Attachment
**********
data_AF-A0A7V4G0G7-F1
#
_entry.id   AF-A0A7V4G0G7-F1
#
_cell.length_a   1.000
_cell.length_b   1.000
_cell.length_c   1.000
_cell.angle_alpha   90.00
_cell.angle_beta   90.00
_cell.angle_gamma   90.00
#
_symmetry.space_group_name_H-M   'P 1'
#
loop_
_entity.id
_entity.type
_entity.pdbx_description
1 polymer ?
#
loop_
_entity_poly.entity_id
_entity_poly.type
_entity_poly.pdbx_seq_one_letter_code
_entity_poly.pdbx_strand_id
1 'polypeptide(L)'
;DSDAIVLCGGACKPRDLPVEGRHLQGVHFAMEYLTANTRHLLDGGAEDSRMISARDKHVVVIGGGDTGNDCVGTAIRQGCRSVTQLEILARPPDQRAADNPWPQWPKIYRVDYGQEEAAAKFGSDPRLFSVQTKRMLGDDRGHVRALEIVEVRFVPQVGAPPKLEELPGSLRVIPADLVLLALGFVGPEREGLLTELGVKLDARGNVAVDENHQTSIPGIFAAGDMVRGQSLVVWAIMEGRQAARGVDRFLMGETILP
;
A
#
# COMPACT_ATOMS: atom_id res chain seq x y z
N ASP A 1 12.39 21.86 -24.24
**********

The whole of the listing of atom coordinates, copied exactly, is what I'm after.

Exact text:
data_AF-A0A7V4G0G7-F1
#
_entry.id   AF-A0A7V4G0G7-F1
#
_cell.length_a   1.000
_cell.length_b   1.000
_cell.length_c   1.000
_cell.angle_alpha   90.00
_cell.angle_beta   90.00
_cell.angle_gamma   90.00
#
_symmetry.space_group_name_H-M   'P 1'
#
loop_
_entity.id
_entity.type
_entity.pdbx_description
1 polymer ?
#
loop_
_entity_poly.entity_id
_entity_poly.type
_entity_poly.pdbx_seq_one_letter_code
_entity_poly.pdbx_strand_id
1 'polypeptide(L)'
;DSDAIVLCGGACKPRDLPVEGRHLQGVHFAMEYLTANTRHLLDGGAEDSRMISARDKHVVVIGGGDTGNDCVGTAIRQGCRSVTQLEILARPPDQRAADNPWPQWPKIYRVDYGQEEAAAKFGSDPRLFSVQTKRMLGDDRGHVRALEIVEVRFVPQVGAPPKLEELPGSLRVIPADLVLLALGFVGPEREGLLTELGVKLDARGNVAVDENHQTSIPGIFAAGDMVRGQSLVVWAIMEGRQAARGVDRFLMGETILP
;
A
#
# COMPACT_ATOMS: atom_id res chain seq x y z
N ASP A 1 12.39 21.86 -24.24